The third article linked below shows why UID is so important to India’s development. The goal of universal electric and natural gas service is only achievable in an environment of accountability fostered by a system where everybody has an ID.

Stand up for the count, no escaping the card (Times of India) 

In case you’re scared of missing the Aadhaar bus, count on the National Population Register camps.

The state Directorate of Census Operations and the UID Implementation Committee will set up permanent NPR centres for those left out in the first or second phase of data collection. The directorate, with its limited funds, has been publicising the compulsory registration for NPR, of which Aadhaar is a crucial part. But several residents have either been left out or have opted out because they don’t yet understand how important it is to be counted.

“NPR will continue forever, because every child over five years must be enrolled…”

Got Aadhaar number? Now wait for the real card (Times of India) 

Elated to be one of the “fortunate” few to have received the 12-digit Aadhaar number? Call us a spoilsport but it isn’t of much use. The glossy strip of paper is certainly not “the card” that everyone has been talking about for nearly five years.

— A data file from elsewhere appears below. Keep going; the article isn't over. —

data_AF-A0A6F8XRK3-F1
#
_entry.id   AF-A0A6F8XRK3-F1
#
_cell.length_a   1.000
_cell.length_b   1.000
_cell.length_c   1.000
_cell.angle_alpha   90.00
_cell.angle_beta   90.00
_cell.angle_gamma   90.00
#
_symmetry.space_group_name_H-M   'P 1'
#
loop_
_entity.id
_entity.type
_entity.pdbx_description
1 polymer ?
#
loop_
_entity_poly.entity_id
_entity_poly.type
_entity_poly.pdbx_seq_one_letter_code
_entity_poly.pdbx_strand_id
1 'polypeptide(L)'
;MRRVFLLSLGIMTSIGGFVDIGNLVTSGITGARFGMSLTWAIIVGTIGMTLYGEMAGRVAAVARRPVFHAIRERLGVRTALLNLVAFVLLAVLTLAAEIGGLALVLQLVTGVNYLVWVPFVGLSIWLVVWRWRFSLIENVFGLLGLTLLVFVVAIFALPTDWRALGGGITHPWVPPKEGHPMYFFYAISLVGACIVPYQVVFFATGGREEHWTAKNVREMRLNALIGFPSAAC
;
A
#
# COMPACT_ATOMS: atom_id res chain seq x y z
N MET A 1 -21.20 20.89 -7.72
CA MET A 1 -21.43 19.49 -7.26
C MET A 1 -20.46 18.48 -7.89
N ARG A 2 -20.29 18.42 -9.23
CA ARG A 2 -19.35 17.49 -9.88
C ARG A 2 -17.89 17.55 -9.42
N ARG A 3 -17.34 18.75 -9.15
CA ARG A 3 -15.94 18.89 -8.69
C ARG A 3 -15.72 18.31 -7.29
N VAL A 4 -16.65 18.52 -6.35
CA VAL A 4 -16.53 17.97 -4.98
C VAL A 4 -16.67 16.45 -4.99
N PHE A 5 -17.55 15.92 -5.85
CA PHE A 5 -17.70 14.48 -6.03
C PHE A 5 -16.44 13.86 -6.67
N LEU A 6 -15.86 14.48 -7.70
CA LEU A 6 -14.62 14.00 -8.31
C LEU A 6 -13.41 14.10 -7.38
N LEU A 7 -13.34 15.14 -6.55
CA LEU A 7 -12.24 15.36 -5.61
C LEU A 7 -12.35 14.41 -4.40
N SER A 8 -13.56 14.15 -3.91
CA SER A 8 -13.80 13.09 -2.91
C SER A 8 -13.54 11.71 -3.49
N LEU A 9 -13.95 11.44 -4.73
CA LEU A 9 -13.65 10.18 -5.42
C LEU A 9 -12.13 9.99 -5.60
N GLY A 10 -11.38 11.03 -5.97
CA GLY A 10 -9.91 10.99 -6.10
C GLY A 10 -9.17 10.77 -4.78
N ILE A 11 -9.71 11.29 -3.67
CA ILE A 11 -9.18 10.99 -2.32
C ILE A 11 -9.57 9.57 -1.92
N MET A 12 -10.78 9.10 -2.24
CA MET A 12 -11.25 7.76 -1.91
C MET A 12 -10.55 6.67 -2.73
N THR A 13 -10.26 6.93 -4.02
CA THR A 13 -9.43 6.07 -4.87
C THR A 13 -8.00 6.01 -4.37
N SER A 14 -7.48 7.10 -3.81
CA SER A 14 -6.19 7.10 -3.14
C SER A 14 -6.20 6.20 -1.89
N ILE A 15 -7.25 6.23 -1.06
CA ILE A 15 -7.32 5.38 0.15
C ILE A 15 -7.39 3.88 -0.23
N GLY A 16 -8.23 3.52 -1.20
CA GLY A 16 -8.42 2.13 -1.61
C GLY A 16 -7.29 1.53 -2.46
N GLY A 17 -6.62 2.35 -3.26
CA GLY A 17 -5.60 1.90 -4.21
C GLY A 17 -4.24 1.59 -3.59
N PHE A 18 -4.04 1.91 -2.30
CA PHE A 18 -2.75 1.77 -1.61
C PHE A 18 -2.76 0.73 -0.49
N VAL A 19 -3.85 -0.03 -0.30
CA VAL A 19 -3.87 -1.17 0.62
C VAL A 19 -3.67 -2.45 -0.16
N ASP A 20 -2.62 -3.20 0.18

Bengal is not among the 19 states where the Unique Identification Authority of India (UIDAI) directly issues the Aadhaar numbers. If you live in this state, your UID number has to be ratified by the Census Directorate before it is embossed on a Resident Identity Card (RIC). That’s at least two years away.

As of now, the UID lies as the victim of flawed policy. Those who had their fingerprints taken and retinas scanned a year ago are clueless about what happens next.

Affordable electricity for all in next 5 years: Manmohan Singh (Business Today)

He said in one pilot scheme in Mysore district of Karnataka, 27,000 deliveries of subsidised cylinders have been made after successful biometric authentication of any family member present at home.

“In the next phase it is planned to transfer the subsidy amount directly to the bank accounts of bona fide beneficiaries,” he said.